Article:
Wow, this is a very nice article, good job!

  4. Schmoozii

    Sounds like good advice, but I would also recommend separate profiles entirely for professional and social networking.

  5. Mark Stencel

    Mario: I think maintaining two identities is a little difficult in this day and age, since relationships often transcend worlds — and in the end, you connect with your friends, professional and/or personal, whereever they happen to be. If you try to maintain a strictly professional profile on Facebook because your organization/employer has an institutional group there, do you “ignore” that old college buddy who wants to “friend” you there?

    I always assume most online postings are widely accessible, and since I have ended up with a combination of social and professional connections on a variety of platforms (LinkedIn, Facebook, Twitter, and so on), I try to maintain a somewhat professional demeanor everywhere — never getting much more personal in any public posting than I would on an elevator or in line at a coffee shop. I divert most personal communications to more private channels (Facebook messages or plain old e-mail) and turn off applications that invite trouble. For instance, I nuked the Wall from my Facebook profile after an old high school friend posted a reminiscence I’d just as soon not share with current colleagues.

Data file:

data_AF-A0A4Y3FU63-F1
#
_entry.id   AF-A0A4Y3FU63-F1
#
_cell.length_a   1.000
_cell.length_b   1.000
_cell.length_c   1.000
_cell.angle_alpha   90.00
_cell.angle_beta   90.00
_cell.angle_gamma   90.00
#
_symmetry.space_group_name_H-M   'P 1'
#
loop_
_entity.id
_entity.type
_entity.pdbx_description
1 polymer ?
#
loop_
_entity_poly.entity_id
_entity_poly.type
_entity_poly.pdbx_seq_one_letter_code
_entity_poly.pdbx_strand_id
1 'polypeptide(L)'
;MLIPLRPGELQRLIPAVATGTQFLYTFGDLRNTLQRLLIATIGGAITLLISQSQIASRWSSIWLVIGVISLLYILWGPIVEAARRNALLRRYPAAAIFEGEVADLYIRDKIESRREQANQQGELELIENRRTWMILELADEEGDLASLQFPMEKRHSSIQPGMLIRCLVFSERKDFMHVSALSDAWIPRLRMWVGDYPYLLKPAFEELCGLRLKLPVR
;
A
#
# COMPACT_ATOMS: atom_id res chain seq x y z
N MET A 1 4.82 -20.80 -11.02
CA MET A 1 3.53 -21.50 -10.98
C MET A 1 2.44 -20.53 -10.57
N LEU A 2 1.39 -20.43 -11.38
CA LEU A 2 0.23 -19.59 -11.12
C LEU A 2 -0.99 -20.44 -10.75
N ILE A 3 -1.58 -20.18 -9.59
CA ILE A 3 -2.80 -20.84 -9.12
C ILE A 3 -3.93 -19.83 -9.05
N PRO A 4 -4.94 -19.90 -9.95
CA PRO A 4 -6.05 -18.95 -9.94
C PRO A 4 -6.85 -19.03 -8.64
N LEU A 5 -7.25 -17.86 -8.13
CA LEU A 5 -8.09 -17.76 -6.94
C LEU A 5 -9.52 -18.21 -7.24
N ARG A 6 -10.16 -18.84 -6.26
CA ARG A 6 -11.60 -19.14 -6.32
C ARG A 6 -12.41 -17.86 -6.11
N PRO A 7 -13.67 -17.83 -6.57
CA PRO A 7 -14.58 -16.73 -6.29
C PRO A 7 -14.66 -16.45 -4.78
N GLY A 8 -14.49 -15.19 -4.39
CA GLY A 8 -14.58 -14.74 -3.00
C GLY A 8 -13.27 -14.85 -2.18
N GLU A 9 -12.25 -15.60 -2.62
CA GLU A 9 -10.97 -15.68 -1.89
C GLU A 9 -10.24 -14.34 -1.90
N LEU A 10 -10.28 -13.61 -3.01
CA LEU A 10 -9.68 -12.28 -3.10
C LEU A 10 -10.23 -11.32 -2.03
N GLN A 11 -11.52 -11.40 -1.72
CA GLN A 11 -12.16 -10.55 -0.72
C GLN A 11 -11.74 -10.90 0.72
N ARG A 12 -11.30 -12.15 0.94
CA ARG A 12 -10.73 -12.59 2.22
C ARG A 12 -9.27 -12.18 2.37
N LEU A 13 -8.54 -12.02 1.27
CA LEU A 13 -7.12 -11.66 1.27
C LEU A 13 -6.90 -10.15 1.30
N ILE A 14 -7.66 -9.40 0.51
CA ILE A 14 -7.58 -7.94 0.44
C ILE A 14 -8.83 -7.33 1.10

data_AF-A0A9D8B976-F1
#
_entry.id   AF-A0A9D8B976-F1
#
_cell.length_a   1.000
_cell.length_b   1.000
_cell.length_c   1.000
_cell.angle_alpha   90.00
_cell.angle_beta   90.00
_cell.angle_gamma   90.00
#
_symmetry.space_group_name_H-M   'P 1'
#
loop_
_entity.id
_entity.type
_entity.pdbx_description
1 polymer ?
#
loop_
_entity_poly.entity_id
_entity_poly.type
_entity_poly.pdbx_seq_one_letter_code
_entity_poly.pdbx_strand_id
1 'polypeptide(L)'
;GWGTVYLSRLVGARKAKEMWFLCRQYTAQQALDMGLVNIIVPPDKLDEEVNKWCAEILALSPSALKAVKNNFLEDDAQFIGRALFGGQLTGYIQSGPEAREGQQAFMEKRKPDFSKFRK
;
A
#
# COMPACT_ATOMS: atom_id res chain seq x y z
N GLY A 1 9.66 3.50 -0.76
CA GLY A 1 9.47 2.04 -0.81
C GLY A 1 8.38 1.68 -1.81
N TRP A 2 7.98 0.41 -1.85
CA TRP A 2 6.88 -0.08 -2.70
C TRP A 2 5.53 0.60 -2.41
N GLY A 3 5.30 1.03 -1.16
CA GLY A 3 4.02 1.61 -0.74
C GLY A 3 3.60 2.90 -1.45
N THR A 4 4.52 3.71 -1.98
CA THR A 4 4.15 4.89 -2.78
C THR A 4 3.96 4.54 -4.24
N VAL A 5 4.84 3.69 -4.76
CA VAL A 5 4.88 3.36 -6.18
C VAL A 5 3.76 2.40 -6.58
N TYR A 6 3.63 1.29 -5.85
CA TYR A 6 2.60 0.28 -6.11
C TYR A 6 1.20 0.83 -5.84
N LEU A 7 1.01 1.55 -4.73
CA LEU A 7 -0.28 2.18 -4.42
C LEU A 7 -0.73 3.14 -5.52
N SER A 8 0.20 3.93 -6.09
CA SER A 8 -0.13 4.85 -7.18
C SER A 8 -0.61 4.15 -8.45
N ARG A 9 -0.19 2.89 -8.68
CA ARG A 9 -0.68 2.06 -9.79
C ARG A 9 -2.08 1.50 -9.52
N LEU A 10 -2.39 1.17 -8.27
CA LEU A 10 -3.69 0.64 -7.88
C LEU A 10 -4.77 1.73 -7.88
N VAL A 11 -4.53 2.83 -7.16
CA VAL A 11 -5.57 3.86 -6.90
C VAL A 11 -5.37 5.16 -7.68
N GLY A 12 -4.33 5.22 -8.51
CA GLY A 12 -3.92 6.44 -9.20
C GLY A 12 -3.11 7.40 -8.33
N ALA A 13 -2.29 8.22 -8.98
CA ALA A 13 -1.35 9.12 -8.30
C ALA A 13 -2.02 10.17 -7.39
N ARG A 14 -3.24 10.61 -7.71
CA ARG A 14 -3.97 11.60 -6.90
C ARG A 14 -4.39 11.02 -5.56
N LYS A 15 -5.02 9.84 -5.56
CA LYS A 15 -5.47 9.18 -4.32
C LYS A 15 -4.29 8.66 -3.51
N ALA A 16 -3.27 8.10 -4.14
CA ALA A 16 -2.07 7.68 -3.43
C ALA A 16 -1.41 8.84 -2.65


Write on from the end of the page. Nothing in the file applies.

LinkedIn’s somewhat more limited communication tools have helped make it a safer place for professional communication. And I say that as an enthusiast, not a critic. But I’d still be cautious about any questions or answers I posted there.

    My ideal world: Facebook, LinkedIn and other services would provide a Plaxo-like way to distinguish between friends (professional, social, both) that would allow users to more easily present different faces to different people. That said, I’d still assume anything I posted can and will be used against me professionally.

  6. Your virtual resume is your Google Vanity Search! « Marketing Nirvana

    […] Professional Networking 101: 2 Rules […]